Advances in Space Research 07/2013; 25(s 3–4):539–548. · 1.18 Impact Factor
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    ABSTRACT: The supernova remnant (SNR) RX J0852-4622 (Vela Jr., G266.6-1.2) is one of the most important SNRs for investigating the acceleration of multi-TeV particles and the origin of Galactic cosmic rays because of its strong synchrotron X-ray and TeV gamma-ray emission, which show a shell-like morphology similar to each other. Using the XMM-Newton archival data consisting of multiple pointing observations of the northwestern rim of the remnant, we investigate the spatial properties of the nonthermal X-ray emission as a function of distance from an outer shock wave. All X-ray spectra are well reproduced by an absorbed power-law model above 2 keV. It is found that the spectra show gradual softening from a photon index 2.56 in the rim region to 2.96 in the interior region. We show that this radial profile can be interpreted as a gradual decrease of the cutoff energy of the electron spectrum due to synchrotron cooling. By using a simple spectral evolution model that includes continuous synchrotron losses, the spectral softening can be reproduced with the magnetic field strength in the post-shock flow to less than several tens of uG. If this is a typical magnetic field in the SNR shell, gamma-ray emission would be accounted for by inverse Compton scattering of high-energy electrons that also produce the synchrotron X-ray emission. Future hard X-ray imaging observations with Nustar and ASTRO-H and TeV gamma-ray observations with the Cherenkov Telescope Array (CTA) will allow to us to explore other possible explanations of the systematic softening of the X-ray spectra.
    Astronomy and Astrophysics 02/2013; · 5.08 Impact Factor
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    ABSTRACT: We report the discovery of an X-ray counterpart of the unidentified very high energy gamma-ray source HESS J1427-608. In the sky field coincident with HESS J1427-608, an extended source was found in the 2-8 keV band, and was designated as Suzaku J1427-6051. Its X-ray radial profile has an extension of sigma=0.9' +/- 0.1' if approximated by a Gaussian. The spectrum was well fitted by an absorbed power-law with N_H=(1.1 +/- 0.3) times 10^23 cm^-2, Gamma=3.1 +0.6/-0.5, and the unabsorbed flux F_X=(9 +4/-2) times 10^-13 erg s^-1 cm^-2 in the 2-10 keV band. Using XMM-Newton archive data, we found seven point sources in the Suzaku source region. However, because their total flux and absorbing column densities are more than an order of magnitude lower than those of Suzaku J1427-6051, we consider that they are unrelated to the Suzaku source. Thus, Suzaku J1427-6051 is considered to be a truly diffuse source and an X-ray counterpart of HESS J1427-608. The possible nature of HESS J1427-608 is discussed based on the observational properties.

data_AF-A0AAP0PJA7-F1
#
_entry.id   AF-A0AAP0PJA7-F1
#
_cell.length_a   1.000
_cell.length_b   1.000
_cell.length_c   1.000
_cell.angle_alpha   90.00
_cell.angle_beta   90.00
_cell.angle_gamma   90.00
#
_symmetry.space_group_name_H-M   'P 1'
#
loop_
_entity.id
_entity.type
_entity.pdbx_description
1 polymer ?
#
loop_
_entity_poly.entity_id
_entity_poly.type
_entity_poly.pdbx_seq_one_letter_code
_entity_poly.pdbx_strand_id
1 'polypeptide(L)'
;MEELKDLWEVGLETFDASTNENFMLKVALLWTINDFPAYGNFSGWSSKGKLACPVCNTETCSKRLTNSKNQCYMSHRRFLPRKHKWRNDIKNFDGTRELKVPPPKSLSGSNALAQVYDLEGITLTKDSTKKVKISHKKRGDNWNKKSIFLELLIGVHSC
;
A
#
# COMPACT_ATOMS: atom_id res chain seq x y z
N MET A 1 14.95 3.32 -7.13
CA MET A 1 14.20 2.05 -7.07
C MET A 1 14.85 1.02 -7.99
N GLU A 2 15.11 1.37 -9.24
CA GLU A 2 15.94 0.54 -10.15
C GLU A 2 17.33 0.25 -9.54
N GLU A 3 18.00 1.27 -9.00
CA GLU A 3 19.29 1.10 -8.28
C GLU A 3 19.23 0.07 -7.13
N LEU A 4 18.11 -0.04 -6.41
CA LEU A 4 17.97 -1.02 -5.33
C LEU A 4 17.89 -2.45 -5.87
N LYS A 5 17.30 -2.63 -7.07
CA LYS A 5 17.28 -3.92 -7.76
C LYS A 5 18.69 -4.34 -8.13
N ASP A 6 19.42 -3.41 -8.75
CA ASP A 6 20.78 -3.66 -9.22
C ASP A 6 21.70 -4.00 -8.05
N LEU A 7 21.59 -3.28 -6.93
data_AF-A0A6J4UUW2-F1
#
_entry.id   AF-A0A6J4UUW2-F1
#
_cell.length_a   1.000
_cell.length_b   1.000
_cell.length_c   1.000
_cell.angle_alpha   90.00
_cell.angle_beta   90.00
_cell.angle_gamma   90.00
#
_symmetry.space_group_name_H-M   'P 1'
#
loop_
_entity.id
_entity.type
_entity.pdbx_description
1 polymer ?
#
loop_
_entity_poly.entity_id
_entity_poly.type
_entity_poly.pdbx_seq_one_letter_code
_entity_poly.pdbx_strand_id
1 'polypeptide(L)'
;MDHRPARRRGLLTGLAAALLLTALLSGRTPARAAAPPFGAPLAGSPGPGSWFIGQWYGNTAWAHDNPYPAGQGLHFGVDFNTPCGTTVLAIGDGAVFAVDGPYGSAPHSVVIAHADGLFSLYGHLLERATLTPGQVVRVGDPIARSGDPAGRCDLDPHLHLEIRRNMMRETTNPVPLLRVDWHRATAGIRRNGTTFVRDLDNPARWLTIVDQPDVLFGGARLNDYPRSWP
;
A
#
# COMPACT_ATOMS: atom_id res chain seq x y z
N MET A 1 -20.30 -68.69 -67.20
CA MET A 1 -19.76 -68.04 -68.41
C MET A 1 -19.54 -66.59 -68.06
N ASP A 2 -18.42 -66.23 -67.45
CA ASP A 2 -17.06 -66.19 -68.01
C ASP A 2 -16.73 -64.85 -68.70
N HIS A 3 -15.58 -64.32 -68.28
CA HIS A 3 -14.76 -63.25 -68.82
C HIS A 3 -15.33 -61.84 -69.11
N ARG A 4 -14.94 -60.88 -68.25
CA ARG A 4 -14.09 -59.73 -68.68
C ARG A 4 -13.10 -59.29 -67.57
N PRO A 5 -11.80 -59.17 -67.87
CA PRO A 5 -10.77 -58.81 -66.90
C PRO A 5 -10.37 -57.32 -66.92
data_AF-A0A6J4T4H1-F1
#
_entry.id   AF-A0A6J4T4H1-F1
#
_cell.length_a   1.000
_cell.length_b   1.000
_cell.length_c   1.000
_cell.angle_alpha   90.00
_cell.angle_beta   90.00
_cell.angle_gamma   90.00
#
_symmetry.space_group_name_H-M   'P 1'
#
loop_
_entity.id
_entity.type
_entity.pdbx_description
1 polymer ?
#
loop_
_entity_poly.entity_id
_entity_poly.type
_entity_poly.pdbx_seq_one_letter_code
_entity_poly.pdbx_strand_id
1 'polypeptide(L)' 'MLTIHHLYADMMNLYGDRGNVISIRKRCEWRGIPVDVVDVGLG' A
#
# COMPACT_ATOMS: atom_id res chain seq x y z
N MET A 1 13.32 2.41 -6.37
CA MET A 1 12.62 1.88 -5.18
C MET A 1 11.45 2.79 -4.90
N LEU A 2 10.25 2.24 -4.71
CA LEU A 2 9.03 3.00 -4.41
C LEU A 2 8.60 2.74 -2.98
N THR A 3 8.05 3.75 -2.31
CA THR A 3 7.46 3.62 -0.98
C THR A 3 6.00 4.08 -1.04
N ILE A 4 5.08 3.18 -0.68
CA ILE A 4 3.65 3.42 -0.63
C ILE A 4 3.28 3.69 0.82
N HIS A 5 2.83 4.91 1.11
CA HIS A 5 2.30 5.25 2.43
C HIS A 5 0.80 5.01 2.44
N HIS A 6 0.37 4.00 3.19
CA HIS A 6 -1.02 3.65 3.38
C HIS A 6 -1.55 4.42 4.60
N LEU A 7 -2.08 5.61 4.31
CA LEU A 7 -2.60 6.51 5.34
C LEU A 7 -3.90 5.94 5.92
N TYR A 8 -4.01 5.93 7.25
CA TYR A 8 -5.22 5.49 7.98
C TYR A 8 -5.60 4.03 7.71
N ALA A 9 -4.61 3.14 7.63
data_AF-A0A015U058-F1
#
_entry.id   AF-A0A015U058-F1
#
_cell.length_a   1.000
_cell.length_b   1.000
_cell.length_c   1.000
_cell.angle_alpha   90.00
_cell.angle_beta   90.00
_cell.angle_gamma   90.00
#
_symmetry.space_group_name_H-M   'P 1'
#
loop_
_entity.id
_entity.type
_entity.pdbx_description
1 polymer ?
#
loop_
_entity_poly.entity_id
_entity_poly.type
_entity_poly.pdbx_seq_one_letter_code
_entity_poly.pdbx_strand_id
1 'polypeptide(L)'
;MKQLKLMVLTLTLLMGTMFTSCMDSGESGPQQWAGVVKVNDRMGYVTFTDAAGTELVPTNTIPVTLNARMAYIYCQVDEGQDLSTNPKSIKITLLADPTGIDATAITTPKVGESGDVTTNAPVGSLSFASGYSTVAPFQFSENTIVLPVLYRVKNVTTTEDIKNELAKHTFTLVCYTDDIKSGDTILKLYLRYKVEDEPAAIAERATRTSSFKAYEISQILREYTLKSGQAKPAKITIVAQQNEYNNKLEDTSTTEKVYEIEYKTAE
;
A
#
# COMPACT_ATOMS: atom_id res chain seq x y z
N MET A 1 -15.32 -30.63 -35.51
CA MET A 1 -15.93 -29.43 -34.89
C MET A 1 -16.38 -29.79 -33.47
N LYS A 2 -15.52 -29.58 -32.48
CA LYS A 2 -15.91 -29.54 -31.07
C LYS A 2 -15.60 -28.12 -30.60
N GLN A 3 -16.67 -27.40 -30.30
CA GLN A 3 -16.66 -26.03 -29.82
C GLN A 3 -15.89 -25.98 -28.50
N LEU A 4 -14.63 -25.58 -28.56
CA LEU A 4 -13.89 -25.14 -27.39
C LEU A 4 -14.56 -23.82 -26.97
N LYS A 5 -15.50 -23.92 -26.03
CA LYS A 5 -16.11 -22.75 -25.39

Publications- Astronomical Society of Japan 01/2013; · 2.44 Impact Factor
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    ABSTRACT: The joint JAXA/NASA ASTRO-H mission is the sixth in a series of highly successful X-ray missions initiated by the Institute of Space and Astronautical Science (ISAS). ASTRO-H will investigate the physics of the high-energy universe via a suite of four instruments, covering a very wide energy range, from 0.3 keV to 600 keV. These instruments include a high-resolution, high-throughput spectrometer sensitive over 0.3-2 keV with high spectral resolution of Delta E < 7 eV, enabled by a micro-calorimeter array located in the focal plane of thin-foil X-ray optics; hard X-ray imaging spectrometers covering 5-80 keV, located in the focal plane of multilayer-coated, focusing hard X-ray mirrors; a wide-field imaging spectrometer sensitive over 0.4-12 keV, with an X-ray CCD camera in the focal plane of a soft X-ray telescope; and a non-focusing Compton-camera type soft gamma-ray detector, sensitive in the 40-600 keV band. The simultaneous broad bandpass, coupled with high spectral resolution, will enable the pursuit of a wide variety of important science themes.
    10/2012;